Those allocations change as needed; it entirely depends on what I need to do that week. We tend to run out of things like laundry soap and TP at the same times.
We don't need to buy a great lot in the way of household and personal care stuff, which makes a difference, I think. Our cleaning supplies are pretty basic, we buy shampoo/conditioner twice a year or so in bulk. And there are some ways of eating that are just a lot cheaper for larger families, versus small families or singletons. We're sure not growing things right now, though we are enjoying "home" eggs; they're definitely egg-only chickens, as they are also the 5yo's beloved pets, so they can look forward to a long, clucky life.
The vast, vast majority of everything we buy is unprocessed, single-ingredient food, since I'm willing and able to cook from scratch most of the time. Not everyone is set up to do that.
(The up-side of using more processed things is that there are great coupon options... no one gives coupons on bulk carrots that are already down to 40c a pound, versus packaged baby carrots that run closer to $2.50 a pound.
A normal shopping trip sees us buying heavily in the fresh produce section (in-season fruits & veg, local and regional preferred), then hopping over to the bulk bins (where we buy targeted quantities of grains, flour, sugars, herbs, spices, dried fruits, nuts, honey, baking supplies, and chocolate).
From there, we hit canned goods (usually the smallest part of our run, actually!) and then we're into the meat/cheese section. We go local/regional there for most everything, but we get a lot of our protein from grains/legumes and eggs/cheese, so our meat needs are smaller per meal without reducing the nutrition content. We have local dairies, so low milk prices can be had... I can regularly find gallons of whole, sustainably-farmed milk under $2 a gallon, which is a LOT lower than most areas of the country, and it's a good thing, too, because we can go through five to six gallons of milk in an average week!
DH is slowly becoming resigned to a less-carnivorous lifestyle.
I go for small roasts and whole chickens or thighs over cuts of meat or breasts, and then prep them in such a way that the meats are finely sliced or shredded, used as a flavor, rather than a main feature in the meal. Most of the cuisines we like incorporate that feature.
After that, we hit the freezers for fruit if it's on special, and frozen peas (I love those, and won't eat canned, so it's fresh in the summer, and frozen the rest of the time), then the household aisle if we need to, then we're done.
Back when we had two children, the budget was $50 a week, so you can see that we've opened it up quite a lot adding two more kids; I don't have to budget quite so rigorously as I once did.
So, all that's very long-winded to say: I don't pay for packaging. The vast majority of what comes into the house is in "original format", with as little processing and packaging as possible.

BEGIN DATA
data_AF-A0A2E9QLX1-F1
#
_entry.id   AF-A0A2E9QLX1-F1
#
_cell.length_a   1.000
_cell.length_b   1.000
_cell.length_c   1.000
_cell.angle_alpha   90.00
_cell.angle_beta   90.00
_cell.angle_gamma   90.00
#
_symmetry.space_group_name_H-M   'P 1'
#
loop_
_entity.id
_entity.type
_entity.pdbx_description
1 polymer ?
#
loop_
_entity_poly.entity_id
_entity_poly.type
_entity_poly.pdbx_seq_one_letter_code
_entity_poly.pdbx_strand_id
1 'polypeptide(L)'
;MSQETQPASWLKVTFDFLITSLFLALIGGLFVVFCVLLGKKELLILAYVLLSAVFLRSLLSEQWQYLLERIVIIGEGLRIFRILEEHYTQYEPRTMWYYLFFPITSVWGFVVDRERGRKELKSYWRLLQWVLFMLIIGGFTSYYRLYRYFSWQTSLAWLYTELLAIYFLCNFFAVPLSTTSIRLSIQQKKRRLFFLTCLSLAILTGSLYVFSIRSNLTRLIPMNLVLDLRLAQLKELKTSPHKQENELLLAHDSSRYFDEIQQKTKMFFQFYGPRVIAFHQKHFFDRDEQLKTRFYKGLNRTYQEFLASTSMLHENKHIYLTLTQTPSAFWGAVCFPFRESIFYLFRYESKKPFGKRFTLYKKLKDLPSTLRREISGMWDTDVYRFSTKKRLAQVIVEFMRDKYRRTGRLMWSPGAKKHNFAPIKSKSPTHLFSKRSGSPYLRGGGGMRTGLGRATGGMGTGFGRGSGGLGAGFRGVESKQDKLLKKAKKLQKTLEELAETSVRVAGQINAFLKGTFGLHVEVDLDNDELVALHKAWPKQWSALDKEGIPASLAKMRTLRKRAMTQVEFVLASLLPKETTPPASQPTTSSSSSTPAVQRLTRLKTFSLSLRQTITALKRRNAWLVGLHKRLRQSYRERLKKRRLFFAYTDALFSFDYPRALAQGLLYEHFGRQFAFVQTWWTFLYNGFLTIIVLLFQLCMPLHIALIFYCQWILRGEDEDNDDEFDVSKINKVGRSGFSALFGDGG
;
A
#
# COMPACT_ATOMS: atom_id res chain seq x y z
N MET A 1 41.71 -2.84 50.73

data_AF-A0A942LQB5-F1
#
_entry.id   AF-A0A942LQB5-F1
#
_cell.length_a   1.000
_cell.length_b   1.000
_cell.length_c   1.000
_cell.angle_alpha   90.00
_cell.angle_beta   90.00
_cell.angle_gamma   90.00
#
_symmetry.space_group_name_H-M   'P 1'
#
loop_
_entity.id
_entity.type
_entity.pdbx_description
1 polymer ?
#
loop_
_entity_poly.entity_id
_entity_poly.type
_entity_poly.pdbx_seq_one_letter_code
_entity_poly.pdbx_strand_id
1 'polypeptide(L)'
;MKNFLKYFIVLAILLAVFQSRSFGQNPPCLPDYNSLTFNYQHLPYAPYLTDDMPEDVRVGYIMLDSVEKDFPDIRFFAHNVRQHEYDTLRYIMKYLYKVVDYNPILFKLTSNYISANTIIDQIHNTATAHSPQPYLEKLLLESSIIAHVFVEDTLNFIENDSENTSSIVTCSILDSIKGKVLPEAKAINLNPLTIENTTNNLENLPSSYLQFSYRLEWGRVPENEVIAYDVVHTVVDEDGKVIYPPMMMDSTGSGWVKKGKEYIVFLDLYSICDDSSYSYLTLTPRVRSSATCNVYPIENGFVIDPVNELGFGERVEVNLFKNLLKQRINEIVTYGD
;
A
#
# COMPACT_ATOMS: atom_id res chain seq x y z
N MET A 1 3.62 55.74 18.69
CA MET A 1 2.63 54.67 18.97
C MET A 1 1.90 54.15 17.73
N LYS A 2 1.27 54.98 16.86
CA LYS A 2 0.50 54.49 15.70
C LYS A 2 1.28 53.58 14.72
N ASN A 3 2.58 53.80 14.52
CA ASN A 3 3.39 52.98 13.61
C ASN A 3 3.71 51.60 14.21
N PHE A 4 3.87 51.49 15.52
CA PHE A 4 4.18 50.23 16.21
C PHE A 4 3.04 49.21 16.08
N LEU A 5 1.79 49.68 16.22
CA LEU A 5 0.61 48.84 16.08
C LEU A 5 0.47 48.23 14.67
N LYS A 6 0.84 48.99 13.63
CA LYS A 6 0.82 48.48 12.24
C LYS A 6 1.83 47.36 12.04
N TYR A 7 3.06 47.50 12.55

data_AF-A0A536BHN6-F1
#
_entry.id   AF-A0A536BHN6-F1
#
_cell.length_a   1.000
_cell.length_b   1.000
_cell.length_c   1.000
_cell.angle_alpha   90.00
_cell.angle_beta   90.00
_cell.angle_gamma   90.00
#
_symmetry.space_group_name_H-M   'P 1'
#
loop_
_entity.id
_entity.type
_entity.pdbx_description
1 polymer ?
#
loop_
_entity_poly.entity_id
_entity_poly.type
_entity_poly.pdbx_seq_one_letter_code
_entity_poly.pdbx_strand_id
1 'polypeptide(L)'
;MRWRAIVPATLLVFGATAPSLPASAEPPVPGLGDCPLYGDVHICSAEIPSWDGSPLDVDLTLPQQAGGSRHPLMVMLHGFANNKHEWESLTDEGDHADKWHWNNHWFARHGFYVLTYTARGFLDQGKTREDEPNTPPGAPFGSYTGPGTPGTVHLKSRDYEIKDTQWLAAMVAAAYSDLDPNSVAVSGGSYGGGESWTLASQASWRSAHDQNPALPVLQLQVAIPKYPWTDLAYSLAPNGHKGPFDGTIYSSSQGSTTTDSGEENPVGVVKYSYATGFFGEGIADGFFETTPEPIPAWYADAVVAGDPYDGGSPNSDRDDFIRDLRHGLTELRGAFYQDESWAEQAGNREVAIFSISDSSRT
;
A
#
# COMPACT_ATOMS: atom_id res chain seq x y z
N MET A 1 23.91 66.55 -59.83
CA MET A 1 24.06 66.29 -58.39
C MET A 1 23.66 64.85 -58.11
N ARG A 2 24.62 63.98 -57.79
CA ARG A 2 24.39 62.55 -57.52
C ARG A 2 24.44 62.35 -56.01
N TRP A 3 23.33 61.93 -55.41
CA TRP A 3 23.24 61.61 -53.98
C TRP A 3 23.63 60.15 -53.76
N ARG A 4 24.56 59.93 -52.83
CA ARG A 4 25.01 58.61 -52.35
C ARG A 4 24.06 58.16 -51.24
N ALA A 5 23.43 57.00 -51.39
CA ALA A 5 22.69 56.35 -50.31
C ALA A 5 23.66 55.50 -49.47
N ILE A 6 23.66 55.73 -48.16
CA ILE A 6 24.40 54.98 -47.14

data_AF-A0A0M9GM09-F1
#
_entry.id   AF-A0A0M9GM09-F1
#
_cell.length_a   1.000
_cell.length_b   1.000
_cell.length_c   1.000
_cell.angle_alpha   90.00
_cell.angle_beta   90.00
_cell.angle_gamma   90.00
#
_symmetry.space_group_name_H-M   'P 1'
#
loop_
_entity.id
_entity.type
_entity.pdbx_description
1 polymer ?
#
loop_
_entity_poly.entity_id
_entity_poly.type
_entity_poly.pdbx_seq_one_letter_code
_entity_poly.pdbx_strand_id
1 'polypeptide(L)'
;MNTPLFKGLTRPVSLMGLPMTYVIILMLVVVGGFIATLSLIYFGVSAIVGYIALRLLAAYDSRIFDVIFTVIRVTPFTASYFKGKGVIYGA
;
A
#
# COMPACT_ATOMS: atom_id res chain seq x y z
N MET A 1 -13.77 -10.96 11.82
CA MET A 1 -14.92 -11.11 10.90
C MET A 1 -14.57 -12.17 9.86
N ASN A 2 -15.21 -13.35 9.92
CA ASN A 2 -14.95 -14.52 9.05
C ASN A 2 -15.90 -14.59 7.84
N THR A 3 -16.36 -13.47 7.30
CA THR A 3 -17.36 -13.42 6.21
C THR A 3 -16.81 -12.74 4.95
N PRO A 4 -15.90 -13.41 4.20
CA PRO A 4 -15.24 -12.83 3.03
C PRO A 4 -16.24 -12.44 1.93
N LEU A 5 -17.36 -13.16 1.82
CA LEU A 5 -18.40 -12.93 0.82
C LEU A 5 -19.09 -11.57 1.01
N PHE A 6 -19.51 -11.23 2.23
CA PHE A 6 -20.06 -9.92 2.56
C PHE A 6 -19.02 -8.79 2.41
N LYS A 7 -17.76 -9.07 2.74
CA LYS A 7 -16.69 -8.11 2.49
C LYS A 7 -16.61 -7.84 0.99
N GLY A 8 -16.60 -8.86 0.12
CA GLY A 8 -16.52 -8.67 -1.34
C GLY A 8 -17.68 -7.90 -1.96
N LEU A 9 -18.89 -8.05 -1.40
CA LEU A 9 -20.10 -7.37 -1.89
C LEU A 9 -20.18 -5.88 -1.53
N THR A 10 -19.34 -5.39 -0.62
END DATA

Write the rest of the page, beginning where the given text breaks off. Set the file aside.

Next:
I'm thinking of the packaged stuff in the pantry right now: it's canned veg & canned beans, some canned fruit, jars of marinated artichokes and olives; two boxes of pudding mix; a bottle of syrup, and some peanut butter. I've got a big stock of various mustards and similar condiments in the fridge, but beyond those few things, if someone wants food at my house, there's going to be prep work involved, as everything is in a "single ingredient" state most of the time. It gives me a lot of flexibility, particularly in how things are budgeted.
If I bought prepared pizza, all that money is tied up in just pizza. However, buying single ingredients, I can use flour for a zillion different things, and those tomatoes might be turned into pizza sauce, or pasta sauce, or salsa, or bruschetta... I'm not restricted, and that spent money is very flexible.
I have a bulk container of dry pasta. If I bought packaged pasta/sauce combos, they are limited in application. My raw ingredients can let me turn that pasta into mac & cheese, or primavera, or lo mein, or cold pasta salad, or a saucy casserole. LOTS of options to utilize that grocery money.
Come summer, we'll divert some of the produce money (as we'll be growing our own) and use that to stock up on local sustainable meats for the fall/winter. It's a whole cycle.
Since DH and I both work from home, and we do have willing hands to help, and we *like* growing our own food and having pet chickens, and *enjoy* cooking as a family, this sort of process and budget work for us. It's definitely not something everyone is going to enjoy. I think it's important to focus individual priorities; this is one for us, but not for everyone, and that's cool. I do consider groceries as a "flexible" budget category, and can tighten down by a good half for a week or three if I must, though I'd prefer not to do it.